This is the first part of the series of articles I'll be covering about ASP.NET Core Security. We're going to start off with cookie based authentication and build our way up to configuring policy based authorization.

As part of the ASP.NET Core security, there is a new richer policy based authorization that we can use to authorize against the claims in user's possession.

Let's build an example MVC application to demonstrate the concepts. In our scenario, we'll demand users to be authenticated and have Read claim to view the home page of our application.

I am using Visual Studio 2015 Pro Edition w/Update 3 (you should also be able to use the free community edition).

1. Create a new ASP.NET Core Web Application

2. Select the Empty Template

3. We need to add the required nuget packages to configure authorization, cookie authentication, and the mvc middleware. Bring up the project.jsonfile, add the following under the dependencies section.

"Microsoft.AspNetCore.Authorization": "1.0.0"
"Microsoft.AspNetCore.Authentication.Cookies": "1.0.0"
"Microsoft.AspNetCore.Mvc": "1.0.0"

4. Once you save the project.json file, Notice Visual Studio installs the missing nuget packages automatically. Next, bring up the Startup.cs where we'll configure the middleware we just included in our project.

5. In Configure method, add the following authentication middleware configuration;

app.UseCookieAuthentication(new CookieAuthenticationOptions
        AuthenticationScheme = "Cookies",
        LoginPath = new StringPath("/Account/Login"),
        AccessDeniedPath = new StringPath("/Home/Forbidden"),
        AutomaticAuthenticate = true,
        AutomaticChallenge = true

Here we're using the Cookie authentication, defining our LoginPath, where users will be redirected for authentication, and AccessDeniedPath when the user is not authorized. AutomaticAuthenticate flag indicates that the middleware should run on every request and attempt to validate and reconstruct any serialized principal it created. AutomaticChallenge flag indicates that the middleware should redirect the browser to the LoginPath or the AccessDeniedPath when the authorization fails (there are various other configuration options, however this the bare minimum we need for this example).

Next, we'll configure the requirements for the ReadPolicy. The policy will demand the user to be authenticated and have the Read claim in order access the required resource(s). Depending on your authorization logic, you can setup your policy to require additional claims.

public void ConfigureServices(IServiceCollection services) 
    services.AddAuthorization(options =>
        options.AddPolicy("ReadPolicy", policyBuilder =>
                .RequireAssertion(context => context.User.HasClaim("Read", "true"))

6. Finally we need to add the mvc middleware configuration.

app.UseMvc(builder =>
        builder.MapRoute("default", "{controller=Home}/{action=index}/{id?}");

Let's add couple of controllers so that we can test the login and the policy we've created. Create AccountController for user login and HomeController where we'll apply the ReadPolicy.

7. In the AccountController.cs add the following actions to login user;

public IActionResult Login(string returnUrl) 
    ViewData["ReturnUrl"] = returnUrl;
    return View();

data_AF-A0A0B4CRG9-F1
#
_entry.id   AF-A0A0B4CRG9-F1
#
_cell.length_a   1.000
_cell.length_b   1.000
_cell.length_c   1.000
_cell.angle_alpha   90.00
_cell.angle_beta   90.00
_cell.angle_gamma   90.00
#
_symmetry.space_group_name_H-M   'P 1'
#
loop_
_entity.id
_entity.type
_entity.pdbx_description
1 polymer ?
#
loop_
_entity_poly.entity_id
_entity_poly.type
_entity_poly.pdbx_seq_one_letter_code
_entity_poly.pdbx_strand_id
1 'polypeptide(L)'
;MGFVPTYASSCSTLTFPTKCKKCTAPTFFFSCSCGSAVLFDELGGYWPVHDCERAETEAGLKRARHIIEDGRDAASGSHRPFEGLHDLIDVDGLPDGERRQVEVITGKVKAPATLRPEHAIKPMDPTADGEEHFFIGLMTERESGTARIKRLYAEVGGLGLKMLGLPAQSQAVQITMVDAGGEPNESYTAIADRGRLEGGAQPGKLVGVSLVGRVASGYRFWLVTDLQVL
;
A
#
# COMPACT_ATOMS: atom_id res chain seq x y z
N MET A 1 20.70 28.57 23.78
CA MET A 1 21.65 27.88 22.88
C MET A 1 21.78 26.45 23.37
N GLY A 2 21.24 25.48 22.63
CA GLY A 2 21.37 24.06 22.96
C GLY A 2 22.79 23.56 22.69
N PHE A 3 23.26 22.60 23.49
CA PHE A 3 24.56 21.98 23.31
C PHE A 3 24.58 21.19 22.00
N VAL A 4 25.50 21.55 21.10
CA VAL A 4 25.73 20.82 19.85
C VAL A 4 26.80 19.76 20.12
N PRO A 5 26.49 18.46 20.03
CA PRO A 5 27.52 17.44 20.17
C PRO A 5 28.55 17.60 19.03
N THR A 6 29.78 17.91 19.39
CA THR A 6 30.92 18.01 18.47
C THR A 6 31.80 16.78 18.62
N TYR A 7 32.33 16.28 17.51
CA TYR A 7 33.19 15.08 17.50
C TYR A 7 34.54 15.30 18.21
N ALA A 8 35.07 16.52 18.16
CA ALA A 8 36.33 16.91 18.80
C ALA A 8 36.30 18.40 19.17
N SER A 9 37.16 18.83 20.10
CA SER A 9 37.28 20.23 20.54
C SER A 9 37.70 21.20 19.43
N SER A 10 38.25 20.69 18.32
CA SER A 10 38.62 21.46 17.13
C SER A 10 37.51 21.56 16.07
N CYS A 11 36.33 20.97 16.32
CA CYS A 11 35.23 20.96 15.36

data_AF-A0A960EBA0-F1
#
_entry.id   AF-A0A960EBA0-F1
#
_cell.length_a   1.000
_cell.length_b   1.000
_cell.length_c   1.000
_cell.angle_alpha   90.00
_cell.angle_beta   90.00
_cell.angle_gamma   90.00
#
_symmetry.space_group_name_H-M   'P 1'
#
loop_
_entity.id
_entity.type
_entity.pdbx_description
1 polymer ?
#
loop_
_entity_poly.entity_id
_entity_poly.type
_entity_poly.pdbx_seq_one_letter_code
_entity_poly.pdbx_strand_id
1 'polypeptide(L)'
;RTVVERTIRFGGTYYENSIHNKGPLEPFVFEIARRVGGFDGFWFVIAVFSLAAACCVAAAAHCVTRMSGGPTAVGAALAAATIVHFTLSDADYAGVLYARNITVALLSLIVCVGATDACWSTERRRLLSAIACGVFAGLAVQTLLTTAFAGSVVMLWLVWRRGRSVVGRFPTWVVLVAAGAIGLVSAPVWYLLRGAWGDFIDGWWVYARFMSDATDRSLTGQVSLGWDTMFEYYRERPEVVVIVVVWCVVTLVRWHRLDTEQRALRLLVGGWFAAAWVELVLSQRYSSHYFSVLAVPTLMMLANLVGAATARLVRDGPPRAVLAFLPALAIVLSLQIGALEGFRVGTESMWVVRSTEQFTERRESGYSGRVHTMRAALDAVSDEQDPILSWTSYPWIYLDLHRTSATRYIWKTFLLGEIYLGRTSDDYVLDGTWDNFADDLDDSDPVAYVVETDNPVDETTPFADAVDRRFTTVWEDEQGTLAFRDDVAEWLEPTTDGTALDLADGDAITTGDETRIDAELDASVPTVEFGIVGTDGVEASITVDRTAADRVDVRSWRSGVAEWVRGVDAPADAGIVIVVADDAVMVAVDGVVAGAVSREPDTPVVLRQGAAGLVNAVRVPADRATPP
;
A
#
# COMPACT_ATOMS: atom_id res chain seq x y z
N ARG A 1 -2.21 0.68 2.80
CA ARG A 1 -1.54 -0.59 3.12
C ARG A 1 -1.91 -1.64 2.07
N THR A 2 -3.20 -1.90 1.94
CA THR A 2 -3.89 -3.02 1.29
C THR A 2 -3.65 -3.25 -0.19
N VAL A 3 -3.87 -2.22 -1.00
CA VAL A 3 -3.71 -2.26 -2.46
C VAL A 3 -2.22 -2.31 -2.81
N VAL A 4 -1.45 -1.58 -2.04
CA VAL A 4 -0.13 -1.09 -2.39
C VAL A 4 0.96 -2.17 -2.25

8. Add a simple Login.cshtml view under the Views/Account folder (create the folder structure if it doesn't exists) where the user can login to the application.

<form asp-action="Account/Login" method="post" 
        <input type="text" name="username" />
        <input type="password" name="password" />

In the POST login action, we have a simple verification; The username and the password must match in order to authenticate the user (Obviously you wouldn't do this in a real production application but for our demo purposes this is fine). If they match, we then create a set of claims, the claims identity, and the claims principle that represents the authenticated user. Then, we sign in the user (means we issue a cookie to the user which contains the set of claims we've created) and redirect back to the resource that was requested for access.

public async Task<IActionResult> Login(string username, string password, string returnUrl) 
    if (username == password)
        var claims = new List<Claim>
            new Claim("Read", "true"),
            new Claim(ClaimTypes.Name, "ayayalar"),
            new Claim(ClaimTypes.Sid, "12345")

        var claimsIdentity = new ClaimsIdentity(claims, "password");
        var claimsPrinciple = new ClaimsPrincipal(claimsIdentity);

        await HttpContext.Authentication.SignInAsync("Cookies", claimsPrinciple);

        if (Url.IsLocalUrl(returnUrl))
            return Redirect(returnUrl);

        return Redirect("~/");

    return View();

9. Add the following action to the HomeController.cs;

[Authorize(Policy = "ReadPolicy")]
public IActionResult Index() 
    return View();

Note that we passed the ReadPolicy to the authorization attribute. The user must be authenticated and have a Read claim to have access. Otherwise, they'll be forwarded to the Forbidden page as we specified in the authentication middleware configuration.

The Index.cshtml view for the home page (can be as simple as one line of code) under Views/Home folder;

<h1>Access Granted</h1>

We should be able to test our changes at this point. Once you run the application, you'll be redirected to the login page since you're not authenticated (notice the return url in the query string is set automatically by the framework). Upon successfully submitting your credentials, you will be authorized and redirected to the home page.

For testing purposes, try removing the Read claim we've added in the Loginaction, rebuild your solution and restart the application, even if the user can login successfully, authorization will be denied and the user will be redirected to the Forbidden page.